Instagram Defamation and Social Media Law

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The various social media platforms have taken over our lives in many ways. Some beneficial and some negative.

With technology at our fingertips and easily accessible, the temptation of posting something quickly, without thinking or considering the consequences seems to be a part of everyday life now.

However, the consequences can be significant, long lasting, and costly.

With the proliferation of social networking sites such as Instagram, TikTok, Facebook and various review sites people often don’t think of the consequences of a comment which can lead to an action of defamation.

There is also a belief that because it is a closed or member only site, they are protected, which is totally wrong.

Another misconception is that you are not liable if it is reposted by someone else, again totally wrong.

In recent years the number of cases relating to defamation actions because of comments posted on these sites has increased significantly.

In a recent case in Queensland, the court awarded $82,500 in damages to a cosmetic surgery clinic because of a former employee’s post on her Instagram story regarding the owners (BeautyFULL CMC Pty Ltd & Ors v Hayes [2021] QDC 111)

It is a very interesting outcome as an Instagram story post is only visible on the platform for a period of 24 hours.

The clinic posted a photograph on its Instagram account of the founding director and two staff in their uniforms, with the caption:

“Dr Margaret, Nurse Kate and Nurse Kayleigh serving during COVID-19”.

The former employee uploaded the photograph to her Instagram preempting it by saying she was not naming and shaming but:

“when I see a company upload a FAKE photo that a medical practitioner is going to work on the frontline during the Covid-19 crisis, it’s disgusting and disrespectful to the people who are actually putting their lives at risk to save others”.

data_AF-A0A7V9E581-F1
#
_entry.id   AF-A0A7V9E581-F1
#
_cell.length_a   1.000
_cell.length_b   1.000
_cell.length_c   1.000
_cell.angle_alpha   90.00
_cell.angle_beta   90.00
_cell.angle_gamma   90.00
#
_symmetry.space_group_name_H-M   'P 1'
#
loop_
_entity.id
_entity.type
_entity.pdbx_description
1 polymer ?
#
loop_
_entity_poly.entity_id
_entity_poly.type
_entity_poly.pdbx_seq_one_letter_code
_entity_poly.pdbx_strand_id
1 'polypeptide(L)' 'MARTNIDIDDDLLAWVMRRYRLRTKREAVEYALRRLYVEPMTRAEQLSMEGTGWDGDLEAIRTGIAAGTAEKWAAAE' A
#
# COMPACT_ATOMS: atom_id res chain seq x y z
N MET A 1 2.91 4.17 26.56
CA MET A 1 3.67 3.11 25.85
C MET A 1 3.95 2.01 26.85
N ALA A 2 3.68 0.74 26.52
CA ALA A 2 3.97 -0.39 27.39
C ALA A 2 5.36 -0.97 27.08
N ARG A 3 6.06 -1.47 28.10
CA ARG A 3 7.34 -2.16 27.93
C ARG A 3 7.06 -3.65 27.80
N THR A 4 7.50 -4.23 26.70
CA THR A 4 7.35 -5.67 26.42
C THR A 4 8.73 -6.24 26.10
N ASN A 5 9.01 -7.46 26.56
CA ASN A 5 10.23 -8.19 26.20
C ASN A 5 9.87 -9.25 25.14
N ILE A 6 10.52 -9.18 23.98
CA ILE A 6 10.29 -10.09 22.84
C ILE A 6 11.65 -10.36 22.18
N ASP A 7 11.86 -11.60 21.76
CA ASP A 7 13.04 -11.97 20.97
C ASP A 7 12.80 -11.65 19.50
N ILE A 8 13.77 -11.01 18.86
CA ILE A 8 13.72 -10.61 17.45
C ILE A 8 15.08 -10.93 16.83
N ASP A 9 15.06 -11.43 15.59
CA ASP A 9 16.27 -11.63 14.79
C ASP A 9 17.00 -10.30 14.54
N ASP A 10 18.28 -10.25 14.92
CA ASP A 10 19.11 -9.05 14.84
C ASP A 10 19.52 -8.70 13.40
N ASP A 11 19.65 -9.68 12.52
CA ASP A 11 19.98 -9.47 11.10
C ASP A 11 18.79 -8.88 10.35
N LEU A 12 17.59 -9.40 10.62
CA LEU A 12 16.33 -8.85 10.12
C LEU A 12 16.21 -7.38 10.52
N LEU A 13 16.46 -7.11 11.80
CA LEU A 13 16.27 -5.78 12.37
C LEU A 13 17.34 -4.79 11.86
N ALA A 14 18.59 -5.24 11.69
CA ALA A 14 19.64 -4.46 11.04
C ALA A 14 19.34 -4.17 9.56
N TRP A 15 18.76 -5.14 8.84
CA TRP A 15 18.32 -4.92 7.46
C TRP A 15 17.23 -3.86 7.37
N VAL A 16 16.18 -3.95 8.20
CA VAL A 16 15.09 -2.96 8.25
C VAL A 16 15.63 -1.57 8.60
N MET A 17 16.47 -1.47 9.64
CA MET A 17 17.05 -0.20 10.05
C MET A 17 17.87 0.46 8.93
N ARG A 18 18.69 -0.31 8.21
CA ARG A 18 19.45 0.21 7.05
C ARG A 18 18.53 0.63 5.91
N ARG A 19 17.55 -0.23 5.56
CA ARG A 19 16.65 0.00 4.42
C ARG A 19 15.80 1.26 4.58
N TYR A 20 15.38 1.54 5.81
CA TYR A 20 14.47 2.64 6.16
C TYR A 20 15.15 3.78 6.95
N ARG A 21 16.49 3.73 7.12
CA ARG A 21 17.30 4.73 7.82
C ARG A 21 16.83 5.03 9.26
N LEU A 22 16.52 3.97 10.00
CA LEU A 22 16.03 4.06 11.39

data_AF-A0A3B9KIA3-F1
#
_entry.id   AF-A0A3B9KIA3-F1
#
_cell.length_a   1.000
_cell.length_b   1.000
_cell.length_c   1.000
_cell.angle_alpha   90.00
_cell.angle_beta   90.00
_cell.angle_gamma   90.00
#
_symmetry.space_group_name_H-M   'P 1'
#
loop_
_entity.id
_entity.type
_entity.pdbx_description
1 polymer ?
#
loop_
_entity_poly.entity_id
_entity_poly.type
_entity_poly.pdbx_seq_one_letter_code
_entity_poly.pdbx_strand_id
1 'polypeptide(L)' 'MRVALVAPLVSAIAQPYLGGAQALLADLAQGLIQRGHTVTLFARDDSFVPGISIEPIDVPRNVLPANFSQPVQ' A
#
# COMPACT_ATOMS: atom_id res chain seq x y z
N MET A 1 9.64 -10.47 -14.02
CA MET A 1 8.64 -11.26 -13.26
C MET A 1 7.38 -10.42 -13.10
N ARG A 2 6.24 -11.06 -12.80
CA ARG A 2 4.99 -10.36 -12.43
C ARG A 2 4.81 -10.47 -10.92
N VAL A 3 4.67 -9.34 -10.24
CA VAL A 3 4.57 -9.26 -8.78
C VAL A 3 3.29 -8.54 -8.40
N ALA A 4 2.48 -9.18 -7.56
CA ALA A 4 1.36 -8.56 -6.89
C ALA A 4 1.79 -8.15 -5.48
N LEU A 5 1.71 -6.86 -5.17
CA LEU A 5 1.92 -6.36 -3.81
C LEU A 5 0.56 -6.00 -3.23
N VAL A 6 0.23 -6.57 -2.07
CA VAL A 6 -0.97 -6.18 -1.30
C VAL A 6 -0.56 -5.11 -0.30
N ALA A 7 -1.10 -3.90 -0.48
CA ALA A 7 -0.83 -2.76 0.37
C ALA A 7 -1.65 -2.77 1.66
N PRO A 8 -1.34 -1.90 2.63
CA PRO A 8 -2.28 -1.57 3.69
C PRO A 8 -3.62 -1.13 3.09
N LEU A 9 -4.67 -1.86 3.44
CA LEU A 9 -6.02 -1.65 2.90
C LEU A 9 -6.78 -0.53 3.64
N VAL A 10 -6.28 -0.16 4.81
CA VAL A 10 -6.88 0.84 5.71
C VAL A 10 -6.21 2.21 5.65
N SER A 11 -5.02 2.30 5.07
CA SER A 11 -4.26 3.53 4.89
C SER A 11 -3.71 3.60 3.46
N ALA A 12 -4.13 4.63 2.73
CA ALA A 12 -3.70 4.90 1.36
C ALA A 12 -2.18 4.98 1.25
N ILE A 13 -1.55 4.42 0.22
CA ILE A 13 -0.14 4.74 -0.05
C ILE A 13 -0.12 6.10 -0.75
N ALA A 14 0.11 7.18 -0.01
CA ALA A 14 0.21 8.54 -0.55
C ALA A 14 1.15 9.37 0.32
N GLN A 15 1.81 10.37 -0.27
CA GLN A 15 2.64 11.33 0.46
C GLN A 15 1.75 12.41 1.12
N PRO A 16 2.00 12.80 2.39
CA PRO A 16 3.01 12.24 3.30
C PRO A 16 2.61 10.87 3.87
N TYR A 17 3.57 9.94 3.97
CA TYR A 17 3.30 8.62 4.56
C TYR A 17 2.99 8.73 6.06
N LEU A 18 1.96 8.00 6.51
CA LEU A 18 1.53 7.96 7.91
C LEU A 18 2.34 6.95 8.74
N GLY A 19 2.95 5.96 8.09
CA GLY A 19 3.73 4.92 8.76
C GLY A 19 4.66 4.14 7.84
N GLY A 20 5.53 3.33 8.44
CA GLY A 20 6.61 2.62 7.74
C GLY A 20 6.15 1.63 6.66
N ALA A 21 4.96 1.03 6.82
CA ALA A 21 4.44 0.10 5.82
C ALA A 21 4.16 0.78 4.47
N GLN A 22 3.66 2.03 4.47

“I would love to thank the REAL hero’s [sic] that are working day and night to save lives. Coronavirus (COVID-19) it’s such a serious situation that I don’t understand why a company would lie about it.”

The former employee’s lawyers argued the defence of truth, however the former employee did not give evidence at the trial.

Therefore, the defence of truth could clearly not be supported and therefore the inference could be accepted that it was not in fact the truth.

The judge said that whilst the former employee stated she did not want to ‘name and shame’, the fact was that it was exactly what her Instagram post was designed to do. 

The post could have only been meant to cause intentional harm and distress.

The judge said that the former employee was motivated by “unexplained anger and resentment” towards the clinic and the posts were “intentionally false” with no basis.

The judge accepted that the clinic suffered loss of business reputation because of the defamatory Instagram post.

The former employee had an Instagram account with just 1,844 followers.

The clinic’s Instagram account had 19,700 followers.

The lesson here is that no matter what you post, it will have consequences.

The damage to a business, as with individuals, can be significant and without any foundation.

As the law continues to develop and evolve around social media there is no doubt, we will see more defamation cases with the potential of large awards of compensation.

Need help with Instagram defamation or social media law?

At FC Lawyers we have an expert team of lawyers who have acted for both individuals, businesses, and organisations in relation to defamation proceedings.

We understand it can be a very stressful time when your reputation is on the line.

Contact our experienced team today to discuss your concerns or if you need assistance with Instagram defamation or social media law.

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